- Number 335 |
- April 18, 2011
Lee Elliott – Algae hunter
Call Lee Elliott a slime
Elliott is a 21st century prospector. His Eldorado isn't gold, but that elusive briny pond or brackish puddle that houses an algal species that both is rife with oil and multiplies quickly.
Elliott is a biomass researcher at DOE’s National Renewable Energy Laboratory.
He logged 3,500 miles last year driving his car across the West in search of promising algae, the kind with the potential to grow like weeds and fuel the airplanes and automobiles of tomorrow.
He dips his beakers into ponds, ditches, even puddles, captures the slimy water, filters it and analyzes it.
Eight times, his tires went flat in the deserts of the Southwest while searching for saline lakes. But it wasn't until this year, as he was looking for a few last samples close by NREL's Golden, Colo., campus, that he had an encounter with a prairie rattlesnake — a four-foot diamondback.
"The rattlesnake was a surprise," Elliott said. "It just happened to be sitting right where I wanted to be."
With nonchalance, he grabbed a six-foot tree limb, picked up the rattler, and deposited the snake out of harm's way.
When he's not transplanting rattlers, Elliott searches for algae everywhere: in rivers, ponds, lakes and puddles, in red, green, purple, brown or orange muck. Along with road maps, he carries a portable lab, a large Tupperware box with a water quality meter, several filters, and other sampling equipment.
He dips his sampler into dirty water, measures its salinity and pH, and filters it to remove debris and organisms that might graze on the algae. He pinpoints the location via geo-positioning satellite.
Microalgae can grow in brackish, saline, or brine water that can't be used by humans, farms, ranches or nurseries. So, microalgae have a clear advantage over other biofuel crops in that they can use this marginal water source – including all the water in the oceans.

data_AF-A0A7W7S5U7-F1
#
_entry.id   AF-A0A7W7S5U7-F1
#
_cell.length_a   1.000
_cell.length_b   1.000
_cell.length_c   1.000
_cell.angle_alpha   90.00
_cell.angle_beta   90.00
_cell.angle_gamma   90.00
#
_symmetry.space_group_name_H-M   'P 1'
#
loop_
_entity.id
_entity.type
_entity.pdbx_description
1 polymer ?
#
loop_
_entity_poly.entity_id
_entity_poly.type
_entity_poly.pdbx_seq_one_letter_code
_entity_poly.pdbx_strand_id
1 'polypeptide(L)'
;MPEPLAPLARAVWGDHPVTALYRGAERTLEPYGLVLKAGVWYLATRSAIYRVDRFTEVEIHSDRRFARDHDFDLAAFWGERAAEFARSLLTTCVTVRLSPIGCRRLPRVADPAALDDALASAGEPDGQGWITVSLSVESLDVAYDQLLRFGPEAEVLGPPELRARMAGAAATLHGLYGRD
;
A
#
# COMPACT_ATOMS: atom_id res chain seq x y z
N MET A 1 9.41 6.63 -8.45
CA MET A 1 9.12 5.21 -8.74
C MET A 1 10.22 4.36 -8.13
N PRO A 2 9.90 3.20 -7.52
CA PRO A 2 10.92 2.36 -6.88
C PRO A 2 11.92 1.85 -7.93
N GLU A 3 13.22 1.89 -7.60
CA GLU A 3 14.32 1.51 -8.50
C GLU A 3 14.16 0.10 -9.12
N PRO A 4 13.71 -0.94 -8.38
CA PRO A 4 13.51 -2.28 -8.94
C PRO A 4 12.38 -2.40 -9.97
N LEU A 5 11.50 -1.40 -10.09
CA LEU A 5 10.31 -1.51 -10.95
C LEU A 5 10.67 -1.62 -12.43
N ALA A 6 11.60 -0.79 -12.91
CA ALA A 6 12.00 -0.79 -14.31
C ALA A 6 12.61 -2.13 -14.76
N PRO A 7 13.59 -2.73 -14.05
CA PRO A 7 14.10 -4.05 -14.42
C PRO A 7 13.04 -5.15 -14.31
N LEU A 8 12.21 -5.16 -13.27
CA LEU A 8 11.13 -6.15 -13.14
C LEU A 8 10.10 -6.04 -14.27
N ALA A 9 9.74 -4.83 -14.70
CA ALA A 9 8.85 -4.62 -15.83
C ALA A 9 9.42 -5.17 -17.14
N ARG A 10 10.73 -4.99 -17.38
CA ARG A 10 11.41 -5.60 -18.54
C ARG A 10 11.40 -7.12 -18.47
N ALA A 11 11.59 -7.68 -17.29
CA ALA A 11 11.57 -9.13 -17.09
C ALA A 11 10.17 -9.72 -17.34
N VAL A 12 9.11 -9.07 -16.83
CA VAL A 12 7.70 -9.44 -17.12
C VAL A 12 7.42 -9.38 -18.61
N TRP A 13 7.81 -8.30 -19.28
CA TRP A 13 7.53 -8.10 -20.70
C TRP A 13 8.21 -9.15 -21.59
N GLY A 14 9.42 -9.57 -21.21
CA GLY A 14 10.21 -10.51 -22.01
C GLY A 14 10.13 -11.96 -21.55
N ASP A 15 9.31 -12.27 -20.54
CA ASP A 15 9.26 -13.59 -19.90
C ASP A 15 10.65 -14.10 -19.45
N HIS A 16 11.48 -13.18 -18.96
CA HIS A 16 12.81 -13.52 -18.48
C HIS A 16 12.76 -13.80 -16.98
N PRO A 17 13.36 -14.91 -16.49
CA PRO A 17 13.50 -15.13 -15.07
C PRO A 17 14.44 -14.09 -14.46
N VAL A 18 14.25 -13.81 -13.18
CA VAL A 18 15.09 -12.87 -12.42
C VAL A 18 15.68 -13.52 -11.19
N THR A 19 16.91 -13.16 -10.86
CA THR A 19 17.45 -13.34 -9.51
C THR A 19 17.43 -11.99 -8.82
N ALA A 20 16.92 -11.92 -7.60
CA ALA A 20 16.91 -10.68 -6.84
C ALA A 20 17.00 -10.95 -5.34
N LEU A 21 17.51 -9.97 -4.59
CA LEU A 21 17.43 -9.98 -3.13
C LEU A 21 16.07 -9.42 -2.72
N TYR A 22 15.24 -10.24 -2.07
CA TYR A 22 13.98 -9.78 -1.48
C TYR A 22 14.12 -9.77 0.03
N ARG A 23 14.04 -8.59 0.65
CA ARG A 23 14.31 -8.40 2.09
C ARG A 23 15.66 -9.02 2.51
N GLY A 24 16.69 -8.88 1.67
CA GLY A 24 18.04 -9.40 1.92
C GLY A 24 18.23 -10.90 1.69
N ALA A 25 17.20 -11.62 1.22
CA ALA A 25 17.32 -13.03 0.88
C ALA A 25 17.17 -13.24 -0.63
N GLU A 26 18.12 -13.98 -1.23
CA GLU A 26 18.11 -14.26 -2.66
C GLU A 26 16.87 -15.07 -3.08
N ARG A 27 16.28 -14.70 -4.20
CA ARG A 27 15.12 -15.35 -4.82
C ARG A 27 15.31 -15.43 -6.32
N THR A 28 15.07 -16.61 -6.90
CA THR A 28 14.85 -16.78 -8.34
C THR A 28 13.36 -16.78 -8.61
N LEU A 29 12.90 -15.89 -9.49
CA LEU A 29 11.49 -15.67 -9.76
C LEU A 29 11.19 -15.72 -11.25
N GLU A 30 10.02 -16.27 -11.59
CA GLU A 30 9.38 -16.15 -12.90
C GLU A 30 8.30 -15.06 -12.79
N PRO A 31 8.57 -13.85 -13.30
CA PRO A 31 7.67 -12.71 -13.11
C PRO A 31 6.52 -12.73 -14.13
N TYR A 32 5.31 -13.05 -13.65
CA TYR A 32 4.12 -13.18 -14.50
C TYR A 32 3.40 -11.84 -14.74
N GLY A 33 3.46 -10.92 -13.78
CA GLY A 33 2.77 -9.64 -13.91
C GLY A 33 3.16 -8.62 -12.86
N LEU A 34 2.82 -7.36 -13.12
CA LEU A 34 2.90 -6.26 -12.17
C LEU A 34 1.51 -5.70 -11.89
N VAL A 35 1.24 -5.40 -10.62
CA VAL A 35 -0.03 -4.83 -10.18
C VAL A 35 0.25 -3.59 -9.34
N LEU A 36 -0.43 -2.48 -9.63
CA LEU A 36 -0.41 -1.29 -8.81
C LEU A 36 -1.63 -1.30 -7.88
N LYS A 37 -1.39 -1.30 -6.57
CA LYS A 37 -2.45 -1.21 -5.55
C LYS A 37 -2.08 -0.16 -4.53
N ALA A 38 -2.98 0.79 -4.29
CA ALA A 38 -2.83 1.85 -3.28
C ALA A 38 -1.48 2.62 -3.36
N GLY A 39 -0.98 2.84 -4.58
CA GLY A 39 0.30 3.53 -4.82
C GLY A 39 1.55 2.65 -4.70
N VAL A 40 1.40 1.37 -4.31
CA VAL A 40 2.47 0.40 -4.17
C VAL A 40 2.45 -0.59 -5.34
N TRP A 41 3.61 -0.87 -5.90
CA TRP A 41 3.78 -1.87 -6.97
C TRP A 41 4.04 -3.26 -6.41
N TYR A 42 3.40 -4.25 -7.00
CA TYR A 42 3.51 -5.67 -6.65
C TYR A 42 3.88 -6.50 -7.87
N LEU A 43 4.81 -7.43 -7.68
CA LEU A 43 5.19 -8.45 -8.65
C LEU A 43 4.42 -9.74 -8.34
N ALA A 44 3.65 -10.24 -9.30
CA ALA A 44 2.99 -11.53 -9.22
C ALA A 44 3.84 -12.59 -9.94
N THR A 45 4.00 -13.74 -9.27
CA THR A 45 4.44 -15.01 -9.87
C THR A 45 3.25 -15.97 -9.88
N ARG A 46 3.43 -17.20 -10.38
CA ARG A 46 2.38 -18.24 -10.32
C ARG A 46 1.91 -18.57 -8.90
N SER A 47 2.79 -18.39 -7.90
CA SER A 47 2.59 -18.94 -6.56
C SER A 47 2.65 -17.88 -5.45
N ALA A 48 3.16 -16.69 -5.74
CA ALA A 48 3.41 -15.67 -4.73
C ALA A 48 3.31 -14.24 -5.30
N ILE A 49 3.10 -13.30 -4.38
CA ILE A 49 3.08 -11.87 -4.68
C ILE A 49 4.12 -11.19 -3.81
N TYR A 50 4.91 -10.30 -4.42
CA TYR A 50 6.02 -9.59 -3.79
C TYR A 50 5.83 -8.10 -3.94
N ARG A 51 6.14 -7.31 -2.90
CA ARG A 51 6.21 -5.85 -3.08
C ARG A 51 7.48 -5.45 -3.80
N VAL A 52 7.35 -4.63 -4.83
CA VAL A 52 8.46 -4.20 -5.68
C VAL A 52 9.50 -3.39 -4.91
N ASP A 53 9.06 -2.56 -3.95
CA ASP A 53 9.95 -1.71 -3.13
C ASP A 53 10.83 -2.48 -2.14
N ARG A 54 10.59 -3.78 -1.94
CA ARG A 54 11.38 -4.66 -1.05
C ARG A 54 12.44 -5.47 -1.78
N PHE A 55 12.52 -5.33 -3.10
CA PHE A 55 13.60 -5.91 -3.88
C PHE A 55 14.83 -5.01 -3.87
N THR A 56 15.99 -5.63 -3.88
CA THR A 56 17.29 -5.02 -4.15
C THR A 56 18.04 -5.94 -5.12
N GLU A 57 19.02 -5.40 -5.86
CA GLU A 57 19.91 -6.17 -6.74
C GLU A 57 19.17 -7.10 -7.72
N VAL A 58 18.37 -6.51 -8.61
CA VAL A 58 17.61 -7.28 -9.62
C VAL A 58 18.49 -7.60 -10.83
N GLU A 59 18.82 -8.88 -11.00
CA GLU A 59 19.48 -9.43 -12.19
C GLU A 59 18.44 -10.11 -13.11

Not only do algae grow in unlikely settings, but their ability to convert the light they receive into biomass has the potential to outperform that of land plants. Elliott found algae growing in evaporation basins in Nevada where the salinity was so high it was on the verge of precipitation.
"I got a very good idea of how much salt there is in the southwest," Elliott, a doctoral candidate at the Colorado School of Mines, said. "There is a lot of barren wasteland out there where you can dig a basin, fill it with salty water from a brackish, saline, or brine aquifer, put some algae in and they can grow just fine."
Microalgae produce chemicals that can be converted readily to fungible fuels that seamlessly integrate into today's fuel-making process. The algae use photosynthesis to turn carbon dioxide into organic matter, establishing a carbon-neutral fuel source.
Microalgae can be used as biological solar cells to capture the energy in sunlight and fix inorganic carbon into renewable, energy-rich lipids that can be converted readily to biodiesel. That's why the major oil companies are pumping money into projects like Elliott's. They understand the potential for microalgae to make a serious dent in the current demand for liquid transportation fuels, which is at 130 billion gallons a year in the United States alone.
Once back in the lab, Elliott began isolating and screening the algae. Initially, he adds chemically diverse growth media as a tool for selection of robust and diverse strains that can later be isolated. He and his fellow researchers stain the algae samples with a dye which, when a blue light is shined on them, turns the lipids a fluorescent green while chlorophyll naturally appears as a fluorescent red.
"They light up like Christmas trees," Elliott said. The blue light is generated by lasers in a specialized microscope and in a Fluorescent-Activated Cell Sorter, or FACS. The goal is to screen the collection, now numbering 360 isolates, and determine the five best performers. The strains best at combining fast growth and enhanced lipid production will likely be developed further as promising biofuel feedstock.
Eventually, the most promising algae may grow in big algae farms in the arid southwest, in ponds a foot or two deep, propelled by paddle wheels. The tiny energy producers will churn, harvesting the light-energy of the sun, proliferating and making oils and other valuable co-products right there under the desert sun.
Learn more about microalgal biofuels projects and NREL's bioenergy research. — Bill Scanlon
Submitted by DOE's National Renewable Energy Laboratory